On this day in 1564, William Shakespeare was born. Coincidentally, he also died on this day (aged 52) in 1616.
Unfortunately, there are no birth and death certificates to back up either of these facts. But the traditional custom of the period was to baptise children on the third day after their birth, and bury the dead on the second day after their death. As good luck would have it, in Shakespeare’s case there are records of these events taking place on 26 and 25 April respectively.
Officially, the Bard wrote 37 plays (though some people believe he was actually semi-illiterate and didn’t, indeed couldn’t, have written any of them). There are close to 2,000 household words and phrases still in use today that have their first recorded usage in Shakespeare’s works, including: band of brothers, foul/fair play, in a pickle, set your teeth on edge, courtship, majestic and suspicious. (Have a look at a brief list here)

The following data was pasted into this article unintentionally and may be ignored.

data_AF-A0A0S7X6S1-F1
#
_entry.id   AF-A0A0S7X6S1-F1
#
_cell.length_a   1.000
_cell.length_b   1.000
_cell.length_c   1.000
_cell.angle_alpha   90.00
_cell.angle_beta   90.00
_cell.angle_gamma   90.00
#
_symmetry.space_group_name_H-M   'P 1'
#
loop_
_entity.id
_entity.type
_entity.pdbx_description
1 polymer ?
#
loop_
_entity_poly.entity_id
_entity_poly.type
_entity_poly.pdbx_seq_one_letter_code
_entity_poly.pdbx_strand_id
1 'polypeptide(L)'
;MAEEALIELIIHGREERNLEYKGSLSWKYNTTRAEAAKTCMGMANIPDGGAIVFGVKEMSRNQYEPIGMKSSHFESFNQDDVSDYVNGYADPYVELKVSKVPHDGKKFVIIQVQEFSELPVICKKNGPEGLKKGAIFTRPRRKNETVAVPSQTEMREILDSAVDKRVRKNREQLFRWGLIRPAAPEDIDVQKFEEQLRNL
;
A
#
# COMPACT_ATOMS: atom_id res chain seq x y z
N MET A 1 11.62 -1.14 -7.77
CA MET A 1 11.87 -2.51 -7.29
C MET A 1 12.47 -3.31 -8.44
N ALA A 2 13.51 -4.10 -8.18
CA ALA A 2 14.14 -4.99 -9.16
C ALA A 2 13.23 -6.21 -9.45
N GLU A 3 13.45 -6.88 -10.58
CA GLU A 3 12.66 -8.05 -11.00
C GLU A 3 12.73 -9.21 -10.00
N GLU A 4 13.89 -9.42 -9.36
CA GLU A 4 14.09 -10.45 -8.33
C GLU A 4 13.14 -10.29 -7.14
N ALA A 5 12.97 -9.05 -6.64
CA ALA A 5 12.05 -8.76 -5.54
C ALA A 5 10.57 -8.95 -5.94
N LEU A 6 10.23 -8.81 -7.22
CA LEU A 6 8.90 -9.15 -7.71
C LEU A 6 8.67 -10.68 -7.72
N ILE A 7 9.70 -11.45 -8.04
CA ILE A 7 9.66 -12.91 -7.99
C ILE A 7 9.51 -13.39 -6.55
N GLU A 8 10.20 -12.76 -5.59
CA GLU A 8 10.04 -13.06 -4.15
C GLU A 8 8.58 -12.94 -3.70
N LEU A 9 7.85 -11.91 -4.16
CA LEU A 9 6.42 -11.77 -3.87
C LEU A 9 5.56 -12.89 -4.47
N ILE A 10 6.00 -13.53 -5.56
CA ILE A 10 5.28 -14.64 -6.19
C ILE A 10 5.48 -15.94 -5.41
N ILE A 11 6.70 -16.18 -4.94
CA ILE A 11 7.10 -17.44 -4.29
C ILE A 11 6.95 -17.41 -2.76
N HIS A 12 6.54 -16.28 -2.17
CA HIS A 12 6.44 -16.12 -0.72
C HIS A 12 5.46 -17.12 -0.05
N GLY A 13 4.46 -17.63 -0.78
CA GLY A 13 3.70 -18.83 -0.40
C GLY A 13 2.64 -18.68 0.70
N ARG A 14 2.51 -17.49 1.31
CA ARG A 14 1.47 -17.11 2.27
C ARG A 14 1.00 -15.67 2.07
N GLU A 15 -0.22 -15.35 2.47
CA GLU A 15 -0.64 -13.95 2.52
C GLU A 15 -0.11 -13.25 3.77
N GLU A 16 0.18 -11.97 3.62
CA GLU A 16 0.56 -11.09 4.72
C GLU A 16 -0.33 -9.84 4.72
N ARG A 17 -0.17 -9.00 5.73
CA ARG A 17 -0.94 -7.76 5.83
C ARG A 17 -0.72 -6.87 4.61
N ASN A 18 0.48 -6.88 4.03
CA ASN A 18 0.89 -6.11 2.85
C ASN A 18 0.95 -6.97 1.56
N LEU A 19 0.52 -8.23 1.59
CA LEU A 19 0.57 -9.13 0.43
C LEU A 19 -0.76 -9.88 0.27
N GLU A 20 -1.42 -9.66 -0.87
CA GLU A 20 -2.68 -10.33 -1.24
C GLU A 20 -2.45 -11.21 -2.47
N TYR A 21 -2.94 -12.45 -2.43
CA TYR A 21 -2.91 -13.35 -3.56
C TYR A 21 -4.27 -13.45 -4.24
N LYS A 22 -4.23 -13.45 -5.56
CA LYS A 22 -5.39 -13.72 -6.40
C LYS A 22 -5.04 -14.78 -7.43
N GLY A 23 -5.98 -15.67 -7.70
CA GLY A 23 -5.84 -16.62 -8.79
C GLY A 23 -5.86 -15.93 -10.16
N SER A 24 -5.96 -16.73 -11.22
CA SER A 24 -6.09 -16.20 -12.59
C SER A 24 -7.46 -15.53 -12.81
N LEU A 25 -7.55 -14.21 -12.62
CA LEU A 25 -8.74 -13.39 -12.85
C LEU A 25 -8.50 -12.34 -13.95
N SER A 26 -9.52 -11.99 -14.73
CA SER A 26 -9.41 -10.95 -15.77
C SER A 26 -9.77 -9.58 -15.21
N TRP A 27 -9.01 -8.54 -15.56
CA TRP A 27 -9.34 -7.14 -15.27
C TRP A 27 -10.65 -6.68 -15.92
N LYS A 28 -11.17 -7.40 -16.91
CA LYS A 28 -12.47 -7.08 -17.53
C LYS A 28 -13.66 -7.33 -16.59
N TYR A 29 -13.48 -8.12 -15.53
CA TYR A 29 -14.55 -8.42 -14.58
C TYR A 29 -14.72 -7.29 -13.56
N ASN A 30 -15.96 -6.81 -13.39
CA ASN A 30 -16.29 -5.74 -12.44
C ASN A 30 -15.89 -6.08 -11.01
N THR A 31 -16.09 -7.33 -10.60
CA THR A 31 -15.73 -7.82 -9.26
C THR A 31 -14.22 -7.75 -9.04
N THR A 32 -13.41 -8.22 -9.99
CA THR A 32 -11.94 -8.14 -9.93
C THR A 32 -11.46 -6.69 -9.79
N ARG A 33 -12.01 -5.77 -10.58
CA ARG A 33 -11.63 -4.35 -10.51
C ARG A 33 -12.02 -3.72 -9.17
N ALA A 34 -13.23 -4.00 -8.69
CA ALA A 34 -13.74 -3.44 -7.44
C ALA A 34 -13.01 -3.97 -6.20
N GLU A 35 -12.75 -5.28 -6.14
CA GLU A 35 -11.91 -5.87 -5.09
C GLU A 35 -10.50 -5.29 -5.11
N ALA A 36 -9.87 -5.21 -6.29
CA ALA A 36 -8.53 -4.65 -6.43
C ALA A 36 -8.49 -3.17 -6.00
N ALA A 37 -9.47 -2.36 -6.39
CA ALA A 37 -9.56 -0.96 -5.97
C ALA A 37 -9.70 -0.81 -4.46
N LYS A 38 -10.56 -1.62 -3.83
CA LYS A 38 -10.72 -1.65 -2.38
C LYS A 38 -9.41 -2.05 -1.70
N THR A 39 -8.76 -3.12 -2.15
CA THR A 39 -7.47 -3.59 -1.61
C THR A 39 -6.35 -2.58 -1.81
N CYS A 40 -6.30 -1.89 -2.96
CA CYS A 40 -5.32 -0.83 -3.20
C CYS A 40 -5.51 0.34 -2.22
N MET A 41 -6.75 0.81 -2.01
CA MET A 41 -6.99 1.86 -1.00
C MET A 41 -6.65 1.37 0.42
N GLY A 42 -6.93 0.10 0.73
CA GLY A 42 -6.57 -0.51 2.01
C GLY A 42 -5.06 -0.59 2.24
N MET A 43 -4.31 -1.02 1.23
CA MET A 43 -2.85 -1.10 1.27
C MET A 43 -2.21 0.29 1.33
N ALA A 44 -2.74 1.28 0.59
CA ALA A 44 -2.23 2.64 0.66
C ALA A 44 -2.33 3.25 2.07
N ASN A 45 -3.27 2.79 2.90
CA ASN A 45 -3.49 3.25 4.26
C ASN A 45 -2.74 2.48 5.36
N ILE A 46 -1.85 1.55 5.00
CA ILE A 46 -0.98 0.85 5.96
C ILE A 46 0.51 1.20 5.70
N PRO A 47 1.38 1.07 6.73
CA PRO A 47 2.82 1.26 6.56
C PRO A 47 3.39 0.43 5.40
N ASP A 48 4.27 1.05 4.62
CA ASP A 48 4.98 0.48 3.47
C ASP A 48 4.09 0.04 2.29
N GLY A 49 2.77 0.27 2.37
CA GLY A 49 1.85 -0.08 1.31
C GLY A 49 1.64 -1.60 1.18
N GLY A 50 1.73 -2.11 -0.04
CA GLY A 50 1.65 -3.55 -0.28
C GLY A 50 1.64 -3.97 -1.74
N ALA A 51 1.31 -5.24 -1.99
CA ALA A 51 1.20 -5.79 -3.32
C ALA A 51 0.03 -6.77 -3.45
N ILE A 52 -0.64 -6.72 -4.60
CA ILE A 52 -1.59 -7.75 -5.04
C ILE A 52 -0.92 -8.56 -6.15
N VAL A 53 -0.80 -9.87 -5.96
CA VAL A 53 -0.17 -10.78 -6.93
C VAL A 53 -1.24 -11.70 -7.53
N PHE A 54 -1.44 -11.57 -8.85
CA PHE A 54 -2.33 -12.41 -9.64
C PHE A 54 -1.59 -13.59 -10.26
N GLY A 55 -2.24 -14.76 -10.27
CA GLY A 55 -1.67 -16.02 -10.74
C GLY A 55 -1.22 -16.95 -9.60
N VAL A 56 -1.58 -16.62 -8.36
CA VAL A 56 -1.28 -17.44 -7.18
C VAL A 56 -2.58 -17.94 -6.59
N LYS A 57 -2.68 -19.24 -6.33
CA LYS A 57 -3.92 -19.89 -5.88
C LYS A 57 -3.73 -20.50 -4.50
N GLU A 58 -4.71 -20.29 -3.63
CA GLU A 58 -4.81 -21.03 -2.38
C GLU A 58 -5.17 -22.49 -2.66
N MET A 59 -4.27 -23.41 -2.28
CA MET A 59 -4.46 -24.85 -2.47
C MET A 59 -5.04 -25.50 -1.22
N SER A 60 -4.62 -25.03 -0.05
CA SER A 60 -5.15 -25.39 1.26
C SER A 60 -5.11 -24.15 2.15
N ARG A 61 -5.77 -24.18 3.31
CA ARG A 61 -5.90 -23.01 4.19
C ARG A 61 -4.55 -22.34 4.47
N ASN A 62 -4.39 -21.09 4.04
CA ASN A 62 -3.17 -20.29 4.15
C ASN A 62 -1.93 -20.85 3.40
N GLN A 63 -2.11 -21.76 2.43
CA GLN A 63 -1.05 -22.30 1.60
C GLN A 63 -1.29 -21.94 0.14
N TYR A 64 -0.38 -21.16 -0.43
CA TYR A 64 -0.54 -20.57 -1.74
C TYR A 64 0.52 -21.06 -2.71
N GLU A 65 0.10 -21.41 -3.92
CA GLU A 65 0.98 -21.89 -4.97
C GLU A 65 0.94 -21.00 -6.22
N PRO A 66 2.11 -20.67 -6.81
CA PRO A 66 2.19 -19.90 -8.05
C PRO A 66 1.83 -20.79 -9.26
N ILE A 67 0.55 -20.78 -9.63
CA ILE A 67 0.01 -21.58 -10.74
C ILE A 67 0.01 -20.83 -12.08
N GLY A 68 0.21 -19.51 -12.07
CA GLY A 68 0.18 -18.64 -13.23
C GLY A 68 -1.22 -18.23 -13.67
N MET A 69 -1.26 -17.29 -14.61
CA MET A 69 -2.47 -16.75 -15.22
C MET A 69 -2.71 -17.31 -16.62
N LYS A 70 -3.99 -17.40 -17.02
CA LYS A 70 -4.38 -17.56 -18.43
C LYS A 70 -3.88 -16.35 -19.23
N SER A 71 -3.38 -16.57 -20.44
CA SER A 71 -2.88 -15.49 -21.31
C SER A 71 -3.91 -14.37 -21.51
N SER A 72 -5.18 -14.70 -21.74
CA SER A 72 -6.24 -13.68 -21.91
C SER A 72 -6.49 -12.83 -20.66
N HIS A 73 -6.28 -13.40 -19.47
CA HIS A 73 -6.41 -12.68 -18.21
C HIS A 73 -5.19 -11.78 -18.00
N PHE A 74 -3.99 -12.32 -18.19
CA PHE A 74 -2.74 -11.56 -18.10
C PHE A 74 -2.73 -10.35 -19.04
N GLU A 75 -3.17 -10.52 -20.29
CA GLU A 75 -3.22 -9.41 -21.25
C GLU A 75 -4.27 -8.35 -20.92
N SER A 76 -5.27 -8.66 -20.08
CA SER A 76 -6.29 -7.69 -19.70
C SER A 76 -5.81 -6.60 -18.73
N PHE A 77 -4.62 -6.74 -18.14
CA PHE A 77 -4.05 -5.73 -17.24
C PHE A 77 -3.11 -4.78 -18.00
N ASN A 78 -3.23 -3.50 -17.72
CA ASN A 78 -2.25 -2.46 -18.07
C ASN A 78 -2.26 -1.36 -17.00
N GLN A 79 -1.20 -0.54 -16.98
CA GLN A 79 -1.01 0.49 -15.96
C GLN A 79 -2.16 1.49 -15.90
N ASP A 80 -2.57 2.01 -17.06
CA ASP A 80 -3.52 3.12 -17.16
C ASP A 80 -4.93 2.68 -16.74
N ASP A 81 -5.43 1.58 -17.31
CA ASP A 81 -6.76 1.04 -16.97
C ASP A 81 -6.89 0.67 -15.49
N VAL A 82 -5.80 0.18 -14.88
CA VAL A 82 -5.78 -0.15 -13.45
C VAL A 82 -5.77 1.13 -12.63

As well as being perhaps the greatest playwright there has ever been, Shakespeare was also a successful businessman and made good money from property in his home town of Stratford. That was cold comfort to his wife, Anne Hathaway – he only left her his second favourite bed and its bedsheets in his will.
Many of Shakespeare’s plays involve a great many deaths and gore, with a recent adaptation at the Globe Theatre causing many audience members to faint. But the cause behind his own death is not clear cut. Many believe that he simply died after a heavy drinking session.
Despite being dead (and whoever let that stop them?) Shakespeare has over 1,000 writing credits on the film database IMDb, and has inspired countless other playwrights. He was also to leave a lasting message upon his grave, writing a curse should anyone care to disturb his bones – unsurprisingly, no one has tried to move them yet.